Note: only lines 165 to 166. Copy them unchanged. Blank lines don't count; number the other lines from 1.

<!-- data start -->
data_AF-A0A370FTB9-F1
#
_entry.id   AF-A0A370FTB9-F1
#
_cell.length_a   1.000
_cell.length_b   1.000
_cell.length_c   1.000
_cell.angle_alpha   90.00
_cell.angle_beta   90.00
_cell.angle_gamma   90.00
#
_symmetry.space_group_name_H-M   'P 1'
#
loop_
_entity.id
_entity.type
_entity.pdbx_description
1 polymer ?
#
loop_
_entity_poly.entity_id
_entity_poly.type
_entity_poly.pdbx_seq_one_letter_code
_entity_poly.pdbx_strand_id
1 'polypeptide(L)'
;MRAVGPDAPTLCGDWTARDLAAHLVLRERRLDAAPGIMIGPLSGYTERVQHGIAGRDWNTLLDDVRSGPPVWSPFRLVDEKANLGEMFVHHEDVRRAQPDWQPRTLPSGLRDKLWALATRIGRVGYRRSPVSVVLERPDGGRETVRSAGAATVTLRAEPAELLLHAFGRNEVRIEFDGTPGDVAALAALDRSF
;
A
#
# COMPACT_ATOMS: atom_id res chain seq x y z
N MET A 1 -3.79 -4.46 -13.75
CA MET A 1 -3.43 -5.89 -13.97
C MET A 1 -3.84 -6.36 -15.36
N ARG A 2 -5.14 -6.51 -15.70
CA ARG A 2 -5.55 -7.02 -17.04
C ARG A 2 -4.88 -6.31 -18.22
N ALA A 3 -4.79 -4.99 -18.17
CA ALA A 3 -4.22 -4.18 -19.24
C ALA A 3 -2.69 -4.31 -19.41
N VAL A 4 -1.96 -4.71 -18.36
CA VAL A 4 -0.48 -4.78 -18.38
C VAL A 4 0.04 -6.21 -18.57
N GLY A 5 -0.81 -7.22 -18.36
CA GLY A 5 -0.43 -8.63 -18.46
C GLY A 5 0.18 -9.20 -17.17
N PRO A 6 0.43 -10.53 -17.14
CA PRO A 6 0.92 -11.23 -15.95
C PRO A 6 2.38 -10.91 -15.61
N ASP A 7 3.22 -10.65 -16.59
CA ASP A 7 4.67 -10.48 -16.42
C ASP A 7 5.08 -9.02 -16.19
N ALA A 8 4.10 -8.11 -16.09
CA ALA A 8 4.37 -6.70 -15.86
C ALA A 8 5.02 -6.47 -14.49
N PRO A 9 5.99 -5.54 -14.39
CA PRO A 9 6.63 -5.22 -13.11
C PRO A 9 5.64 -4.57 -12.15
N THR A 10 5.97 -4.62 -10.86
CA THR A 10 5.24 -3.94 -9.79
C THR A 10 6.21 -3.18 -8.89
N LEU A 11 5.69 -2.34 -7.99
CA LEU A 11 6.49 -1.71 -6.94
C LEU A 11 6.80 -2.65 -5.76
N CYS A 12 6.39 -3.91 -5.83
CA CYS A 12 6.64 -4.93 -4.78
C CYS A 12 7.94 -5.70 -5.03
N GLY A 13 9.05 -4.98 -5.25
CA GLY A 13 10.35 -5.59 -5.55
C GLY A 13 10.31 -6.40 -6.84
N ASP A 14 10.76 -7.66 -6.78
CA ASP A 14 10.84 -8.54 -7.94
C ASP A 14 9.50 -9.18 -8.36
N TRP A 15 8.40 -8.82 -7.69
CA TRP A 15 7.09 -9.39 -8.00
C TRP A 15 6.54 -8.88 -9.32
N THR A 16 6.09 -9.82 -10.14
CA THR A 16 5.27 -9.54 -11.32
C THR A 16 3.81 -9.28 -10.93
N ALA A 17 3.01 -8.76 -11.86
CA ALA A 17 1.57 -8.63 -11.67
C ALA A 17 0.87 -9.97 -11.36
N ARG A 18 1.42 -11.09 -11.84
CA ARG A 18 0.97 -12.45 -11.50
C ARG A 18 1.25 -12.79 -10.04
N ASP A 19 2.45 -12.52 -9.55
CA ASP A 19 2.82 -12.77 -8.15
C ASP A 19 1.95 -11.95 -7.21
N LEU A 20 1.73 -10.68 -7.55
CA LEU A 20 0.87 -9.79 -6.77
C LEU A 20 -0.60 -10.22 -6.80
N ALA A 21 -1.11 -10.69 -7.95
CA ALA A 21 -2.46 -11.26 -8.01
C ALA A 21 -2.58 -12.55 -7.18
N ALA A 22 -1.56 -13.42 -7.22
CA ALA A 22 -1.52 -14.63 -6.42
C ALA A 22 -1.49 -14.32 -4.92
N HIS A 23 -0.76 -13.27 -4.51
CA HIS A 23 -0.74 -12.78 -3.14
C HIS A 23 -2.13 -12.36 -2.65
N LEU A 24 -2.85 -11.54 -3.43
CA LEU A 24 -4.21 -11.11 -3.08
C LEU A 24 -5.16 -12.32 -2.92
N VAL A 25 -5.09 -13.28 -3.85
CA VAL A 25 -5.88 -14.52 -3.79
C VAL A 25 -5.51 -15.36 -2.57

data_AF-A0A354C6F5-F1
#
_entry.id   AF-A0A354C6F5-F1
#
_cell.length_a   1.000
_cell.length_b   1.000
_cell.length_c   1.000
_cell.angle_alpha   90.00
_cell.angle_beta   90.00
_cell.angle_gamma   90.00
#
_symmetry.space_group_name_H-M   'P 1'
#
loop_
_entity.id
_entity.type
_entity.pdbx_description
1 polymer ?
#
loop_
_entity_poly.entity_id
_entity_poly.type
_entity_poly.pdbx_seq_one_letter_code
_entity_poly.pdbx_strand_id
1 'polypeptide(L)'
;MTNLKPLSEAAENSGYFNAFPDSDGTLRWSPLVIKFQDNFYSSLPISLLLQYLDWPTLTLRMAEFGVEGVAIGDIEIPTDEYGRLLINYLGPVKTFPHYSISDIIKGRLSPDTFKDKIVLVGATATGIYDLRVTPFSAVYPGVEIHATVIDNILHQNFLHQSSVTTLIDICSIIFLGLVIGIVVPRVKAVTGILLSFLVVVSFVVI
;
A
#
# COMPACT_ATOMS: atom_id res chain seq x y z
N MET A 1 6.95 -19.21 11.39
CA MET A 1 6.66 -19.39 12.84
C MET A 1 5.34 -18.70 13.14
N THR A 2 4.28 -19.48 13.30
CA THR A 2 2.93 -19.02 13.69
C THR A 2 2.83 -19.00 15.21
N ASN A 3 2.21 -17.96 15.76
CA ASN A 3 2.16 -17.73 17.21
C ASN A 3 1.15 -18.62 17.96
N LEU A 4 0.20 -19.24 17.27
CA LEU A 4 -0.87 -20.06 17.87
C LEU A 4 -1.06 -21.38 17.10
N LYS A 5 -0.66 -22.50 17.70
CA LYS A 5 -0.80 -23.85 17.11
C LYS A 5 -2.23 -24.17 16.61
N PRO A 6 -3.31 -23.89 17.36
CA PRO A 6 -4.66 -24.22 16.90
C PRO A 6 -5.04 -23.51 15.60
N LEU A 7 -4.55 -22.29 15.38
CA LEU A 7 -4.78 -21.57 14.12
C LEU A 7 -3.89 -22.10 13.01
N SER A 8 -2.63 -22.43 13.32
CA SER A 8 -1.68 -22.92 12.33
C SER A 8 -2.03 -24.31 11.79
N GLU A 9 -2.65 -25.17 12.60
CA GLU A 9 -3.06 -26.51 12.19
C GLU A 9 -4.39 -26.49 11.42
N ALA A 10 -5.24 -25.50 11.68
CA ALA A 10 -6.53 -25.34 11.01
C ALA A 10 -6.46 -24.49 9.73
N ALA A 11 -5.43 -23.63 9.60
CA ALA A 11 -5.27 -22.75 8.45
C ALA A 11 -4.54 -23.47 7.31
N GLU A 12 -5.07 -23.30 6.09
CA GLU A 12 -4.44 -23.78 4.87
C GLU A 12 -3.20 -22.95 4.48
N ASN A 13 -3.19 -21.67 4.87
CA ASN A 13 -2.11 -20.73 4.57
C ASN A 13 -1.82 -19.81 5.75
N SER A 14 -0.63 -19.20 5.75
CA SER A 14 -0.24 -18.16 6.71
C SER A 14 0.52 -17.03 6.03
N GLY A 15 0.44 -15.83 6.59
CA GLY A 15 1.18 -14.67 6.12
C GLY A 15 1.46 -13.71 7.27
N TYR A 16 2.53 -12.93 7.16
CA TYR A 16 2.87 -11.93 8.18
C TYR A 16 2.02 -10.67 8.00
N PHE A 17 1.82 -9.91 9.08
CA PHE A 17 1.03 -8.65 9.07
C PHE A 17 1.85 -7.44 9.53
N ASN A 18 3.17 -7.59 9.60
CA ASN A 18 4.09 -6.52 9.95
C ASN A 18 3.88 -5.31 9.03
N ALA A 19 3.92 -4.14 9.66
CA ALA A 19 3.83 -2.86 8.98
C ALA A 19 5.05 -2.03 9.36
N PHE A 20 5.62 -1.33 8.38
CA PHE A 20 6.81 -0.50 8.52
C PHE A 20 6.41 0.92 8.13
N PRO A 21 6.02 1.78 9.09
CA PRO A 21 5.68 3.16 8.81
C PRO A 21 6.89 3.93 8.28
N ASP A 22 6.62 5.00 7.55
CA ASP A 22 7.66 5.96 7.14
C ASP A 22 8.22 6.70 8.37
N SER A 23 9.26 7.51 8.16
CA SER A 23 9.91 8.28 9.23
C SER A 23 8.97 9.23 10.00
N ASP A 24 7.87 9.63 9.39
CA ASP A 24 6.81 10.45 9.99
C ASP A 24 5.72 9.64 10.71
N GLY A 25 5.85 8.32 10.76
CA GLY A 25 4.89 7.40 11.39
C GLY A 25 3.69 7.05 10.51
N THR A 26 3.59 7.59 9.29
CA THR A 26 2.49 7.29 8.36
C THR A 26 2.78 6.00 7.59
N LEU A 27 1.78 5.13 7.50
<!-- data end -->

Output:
C ALA A 10 -6.46 -24.49 9.73
N ALA A 11 -5.43 -23.63 9.60